Last Wednesday Jeanne of the Bookblog of the Bristol Library started something new with her Treadmill Books Review. These are books that she reads while on the treadmill. Such books have to fit her criteria of “…. A book has to be entertaining without being too demanding. If I’d rather walk than read, that is not a good book. On the other hand, if the book is so enjoyable that I end up walking extra steps just so I can read another chapter, then that is a fine book indeed.”
Treadmill Books: Mainely Needlepoint Mystery Series by Lea Wait
Angie Curtis is an independent young woman who never knew who her father was, and whose mother disappeared when she was still a child. She was reared and loved by her grandmother who gave her stability, but there’s still a bit of a void in her life. She left her grandmother and Maine far behind, taking on a variety of odd jobs, including acting as an assistant to a private investigator. Finding herself at loose ends, she’s not sure what her next step should be—and then comes word that her mother has been found.
Or what’s left of her.
Angie had always believed that her mother simply abandoned her, so the revelation that her mother died all those years ago shakes her to her core. She heads back to Maine to face her memories, and maybe to reconnect a bit before she moves on again.
Then she discovers that her mother was murdered.
Naturally, I picked up the large print version of the book based on the cat on the cover. My theory is that if I don’t like the hero/heroine, maybe I’ll like the cat enough to finish. In this case, the cat is mostly false advertising. There is a cat in the early books, Juno, but she belongs to Angie’s grandmother and merits only brief mentions. (Later on, Angie ends up with a cat of her own who is a bit more involved in the story.)
Luckily, this was a book that held my interest even without a cat. The plot allows the reader to get to know Angie very well as she searches her childhood memories for anything that might be, in hindsight, an important clue. This is a good time to note that Wait is very good with characterization. She creates memorable characters instead of stereotypical ones and uses the coastal Maine setting to quite well. I like her use of sensory descriptions, from the gritty feel of the sand to the smell of frying seafood, making Haven Harbor feel tangible. Because Angie has spent time in Arizona, there is ample opportunity for Wait to have Angie re-experience her hometown through all her senses: new and yet familiar. It gives readers a good feel for the place.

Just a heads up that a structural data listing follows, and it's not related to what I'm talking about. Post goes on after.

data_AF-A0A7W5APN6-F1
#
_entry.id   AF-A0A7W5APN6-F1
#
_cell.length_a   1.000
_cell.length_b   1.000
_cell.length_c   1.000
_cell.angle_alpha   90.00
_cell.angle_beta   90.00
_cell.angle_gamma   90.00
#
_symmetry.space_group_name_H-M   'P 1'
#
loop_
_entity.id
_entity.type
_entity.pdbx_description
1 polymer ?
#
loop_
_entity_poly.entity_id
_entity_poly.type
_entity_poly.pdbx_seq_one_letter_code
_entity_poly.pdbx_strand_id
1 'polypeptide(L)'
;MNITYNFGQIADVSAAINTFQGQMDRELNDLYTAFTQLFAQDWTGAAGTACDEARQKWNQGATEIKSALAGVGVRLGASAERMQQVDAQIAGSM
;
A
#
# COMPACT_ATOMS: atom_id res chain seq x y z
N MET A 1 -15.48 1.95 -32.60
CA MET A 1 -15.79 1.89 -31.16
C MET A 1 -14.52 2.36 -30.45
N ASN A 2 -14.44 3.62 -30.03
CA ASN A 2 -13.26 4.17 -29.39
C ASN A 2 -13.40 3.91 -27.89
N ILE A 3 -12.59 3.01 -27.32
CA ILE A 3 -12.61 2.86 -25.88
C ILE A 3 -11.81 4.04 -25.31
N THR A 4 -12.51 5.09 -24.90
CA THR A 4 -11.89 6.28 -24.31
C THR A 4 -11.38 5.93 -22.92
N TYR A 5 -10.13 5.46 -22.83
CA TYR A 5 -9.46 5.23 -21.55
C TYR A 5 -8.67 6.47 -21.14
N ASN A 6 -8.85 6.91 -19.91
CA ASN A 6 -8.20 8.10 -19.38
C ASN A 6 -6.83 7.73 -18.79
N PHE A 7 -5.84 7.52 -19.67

There’s a fine blend of character, place, and plot. Over the course of the series, Wait constantly introduces new characters while fleshing out old ones. This makes the books somewhat sequential and yet I don’t think this is a series that has to be read in order as each book is self-contained. (Though I would recommend starting with Twisted Threads for Angie’s background; after that, it’s easier to jump around.) I admire the way Wait handles the possibility that someone may read out of sequence: acknowledging an event obliquely but without so much detail that the older book is spoiled, giving a sense of continuity to those who have read the previous books but not spoiling it for newcomers. It’s a delicate balance and Wait navigates it well.
This is a favorite treadmill series because the books keep me so involved that I don’t mind as much that I am on a trail to nowhere. In fact, I have been known to walk for “just one more chapter,” which is quite the achievement. My Fitbit thanks you, Ms. Wait.
At the moment, I’m all caught up with the series but Thread the Halls is due out in October 2017.
The rest of the books are:
1. Twisted Threads
2. Threads of Evidence
3. Thread and Gone
4. Dangling by a Thread
5. Tightening the Threads